Breaking Down Reddit's Imposter

A view at the r/Imposter UI

The new Reddit April Fools social experiment, r/Imposter, went live today. The concept is this: users are presented with a list of 5 answers to the question “What makes you human?”, one of which is by the Imposter. The challenge is to identify the answer by the Imposter. Users are also able to post an answer to that question, which they can change at any time.

What makes you human?
Can you recognize it in others?
Are you sure?
Reddit 2020

As alluded to in the question and the traditional cryptic message, the Imposter is most likely a bot trained to mimic the human responses.[1] This piqued my interest, as text generation is right up my alley. So I spent a while toying around with the site, looking at the generated samples, and the weaknesses are very similar to what one would expect from, say, GPT-2.[2] In fact, I’d hazard a guess and say that the model used probably is GPT-2, if for no other reason than for its recent name recognition. There is still a chance of it being some other Transformer or RNN based model, too. It’s highly unlikely to be a rule based system, due to the necessity of constant retraining, or a Markov chain system, due to the surprising coherence (see r/SubredditSimulator for a taste of Markov bots).[3]

Some interesting features of the Imposter, many of which have already been discovered by Redditors:

  • An inability to do math. This is consistent with GPT-2, which (when trained on WebText) is unable to handle basic arithmetic questions, a feature of how GPT-2 is “creating a model that includes math and somehow doing the math in the model”. This doesn’t mean all transformers are unable to do math, though. When trained directly to do so, Transformers are quite adept at math; this ICLR 2019 paper shows a 90% accuracy for extrapolating addition/subtraction problems to numbers larger than seen during training, and this ICLR 2020 paper shows that it’s possible to train a Transformer to do integration and ODEs. Overall, this provides evidence for GPT-2 (or similar) powering the Imposter. GPT-2-large attempts to do math (Write With Transformer).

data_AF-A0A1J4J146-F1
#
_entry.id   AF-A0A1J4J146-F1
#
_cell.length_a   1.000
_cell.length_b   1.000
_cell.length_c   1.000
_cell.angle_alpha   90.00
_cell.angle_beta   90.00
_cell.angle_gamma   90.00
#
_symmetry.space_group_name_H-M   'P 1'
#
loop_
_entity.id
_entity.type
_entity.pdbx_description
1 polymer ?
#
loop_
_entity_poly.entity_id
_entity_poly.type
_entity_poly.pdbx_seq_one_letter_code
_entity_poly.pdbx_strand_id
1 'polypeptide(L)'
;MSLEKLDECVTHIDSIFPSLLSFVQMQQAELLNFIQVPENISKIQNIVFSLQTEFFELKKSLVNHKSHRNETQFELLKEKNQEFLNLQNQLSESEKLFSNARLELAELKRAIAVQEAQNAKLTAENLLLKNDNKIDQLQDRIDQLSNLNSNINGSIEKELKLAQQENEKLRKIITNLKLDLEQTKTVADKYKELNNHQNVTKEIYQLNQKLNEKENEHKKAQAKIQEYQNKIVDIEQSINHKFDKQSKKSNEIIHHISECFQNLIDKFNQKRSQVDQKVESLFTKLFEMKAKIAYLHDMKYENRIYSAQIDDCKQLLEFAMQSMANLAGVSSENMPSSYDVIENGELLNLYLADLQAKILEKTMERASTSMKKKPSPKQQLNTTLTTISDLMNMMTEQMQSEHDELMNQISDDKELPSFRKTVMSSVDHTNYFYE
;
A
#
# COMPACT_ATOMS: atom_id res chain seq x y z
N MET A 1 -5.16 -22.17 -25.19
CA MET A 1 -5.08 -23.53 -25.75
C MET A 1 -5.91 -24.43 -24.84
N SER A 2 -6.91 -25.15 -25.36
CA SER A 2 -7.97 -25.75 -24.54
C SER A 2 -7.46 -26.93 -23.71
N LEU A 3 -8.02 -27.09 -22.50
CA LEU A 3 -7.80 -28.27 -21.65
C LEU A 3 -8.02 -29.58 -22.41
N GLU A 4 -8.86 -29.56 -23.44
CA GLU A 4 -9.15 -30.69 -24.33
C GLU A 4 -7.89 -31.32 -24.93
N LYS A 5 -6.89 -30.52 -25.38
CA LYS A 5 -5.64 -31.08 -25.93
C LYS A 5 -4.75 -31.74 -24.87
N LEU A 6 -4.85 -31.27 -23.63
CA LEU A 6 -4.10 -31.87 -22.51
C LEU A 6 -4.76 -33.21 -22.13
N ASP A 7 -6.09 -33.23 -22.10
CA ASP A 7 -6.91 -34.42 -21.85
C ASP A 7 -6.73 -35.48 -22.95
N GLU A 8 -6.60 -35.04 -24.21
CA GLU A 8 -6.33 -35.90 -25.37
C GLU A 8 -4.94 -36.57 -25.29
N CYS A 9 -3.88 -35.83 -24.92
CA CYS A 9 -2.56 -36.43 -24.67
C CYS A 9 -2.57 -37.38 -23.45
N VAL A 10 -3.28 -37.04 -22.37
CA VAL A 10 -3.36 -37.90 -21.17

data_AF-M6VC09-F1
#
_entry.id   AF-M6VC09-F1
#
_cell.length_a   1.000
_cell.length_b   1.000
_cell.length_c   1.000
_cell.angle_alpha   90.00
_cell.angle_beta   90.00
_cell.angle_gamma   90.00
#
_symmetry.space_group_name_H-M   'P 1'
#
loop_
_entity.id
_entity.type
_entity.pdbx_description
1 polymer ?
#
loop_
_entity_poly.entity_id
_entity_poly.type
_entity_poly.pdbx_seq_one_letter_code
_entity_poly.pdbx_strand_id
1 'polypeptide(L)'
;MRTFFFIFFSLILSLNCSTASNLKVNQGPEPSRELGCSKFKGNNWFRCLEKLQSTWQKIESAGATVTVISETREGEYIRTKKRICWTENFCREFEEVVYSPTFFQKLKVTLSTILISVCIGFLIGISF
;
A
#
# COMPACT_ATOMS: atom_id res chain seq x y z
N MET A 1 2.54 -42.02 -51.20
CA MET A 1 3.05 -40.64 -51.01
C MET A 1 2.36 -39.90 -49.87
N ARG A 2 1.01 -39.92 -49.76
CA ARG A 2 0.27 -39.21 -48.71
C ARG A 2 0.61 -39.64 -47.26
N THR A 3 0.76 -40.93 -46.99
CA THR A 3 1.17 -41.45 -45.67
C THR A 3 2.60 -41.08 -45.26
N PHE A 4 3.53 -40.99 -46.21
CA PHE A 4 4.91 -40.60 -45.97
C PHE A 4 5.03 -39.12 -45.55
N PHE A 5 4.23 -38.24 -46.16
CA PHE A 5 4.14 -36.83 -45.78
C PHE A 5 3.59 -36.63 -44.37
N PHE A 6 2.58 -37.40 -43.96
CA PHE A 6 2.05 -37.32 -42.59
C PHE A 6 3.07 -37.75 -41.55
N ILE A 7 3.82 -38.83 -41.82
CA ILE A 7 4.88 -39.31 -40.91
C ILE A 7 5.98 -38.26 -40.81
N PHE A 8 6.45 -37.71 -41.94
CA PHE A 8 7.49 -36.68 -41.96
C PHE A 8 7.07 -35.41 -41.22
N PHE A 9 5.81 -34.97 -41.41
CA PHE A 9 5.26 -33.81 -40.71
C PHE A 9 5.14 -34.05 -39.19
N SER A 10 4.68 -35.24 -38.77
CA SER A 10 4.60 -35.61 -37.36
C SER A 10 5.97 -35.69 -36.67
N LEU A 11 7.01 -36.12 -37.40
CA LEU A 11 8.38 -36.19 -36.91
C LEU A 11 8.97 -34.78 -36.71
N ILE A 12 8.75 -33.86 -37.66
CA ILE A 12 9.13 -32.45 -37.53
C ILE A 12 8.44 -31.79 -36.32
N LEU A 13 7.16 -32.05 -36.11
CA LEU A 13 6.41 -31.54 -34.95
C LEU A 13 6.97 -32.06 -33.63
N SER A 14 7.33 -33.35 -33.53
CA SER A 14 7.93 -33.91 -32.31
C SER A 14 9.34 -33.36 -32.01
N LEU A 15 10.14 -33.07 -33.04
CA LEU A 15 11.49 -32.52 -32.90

• Sentences are sometimes strikingly coherent, sometimes blatantly incoherent. After a few dozen rounds, it becomes obvious that the Imposter is much better some rounds than others. Incidentally, GPT-2 is also known for massive variability in output quality, even with tricks like nucleus sampling. There is also the confounding factor here of the users that intentionally attempt to post with broken grammar, though, so this should be taken with a grain of salt.

Unfortunately, there is no way to confirm for sure whether the model is GPT-2, a different RNN- or Transformer-based model, or something altogether (although both its quality and variance therein, not to mention the hype factor benefit[4], suggest that it’s GPT-2) before the end of the experiment. Also, many of these points are moot in practice, as a major component of the challenge is the adversarial nature against humans pretending to be bots. Still, it’s been interesting picking apart the clues around this first ever AI-based Reddit April Fools.

  1. Some amusing examples of the bot picking up on reddit idiosyncrasies have already emerged. ↩︎

  2. An interesting aspect of this experiment is that one can also intentionally sabotage other users by pretending to be the Imposter, using similar broken sentences. ↩︎

  3. One particular chatbot that has been mentioned many times on the subreddit is Cleverbot, which, according to this article, works by storing human responses and using some (undisclosed) algorithm to choose responses from this database. In other words, Cleverbot does not actually generate sentences. This probably wouldn’t work very well for r/Imposter, as it has a fixed prompt and becomes indiscernible if the bot simply copies user answers. ↩︎

  4. If it does turn out to be GPT-2 (or even better, a new and improved GPT-3 GPT-2-Episode-1), there will likely be another wave of media hype. Brace yourselves. ↩︎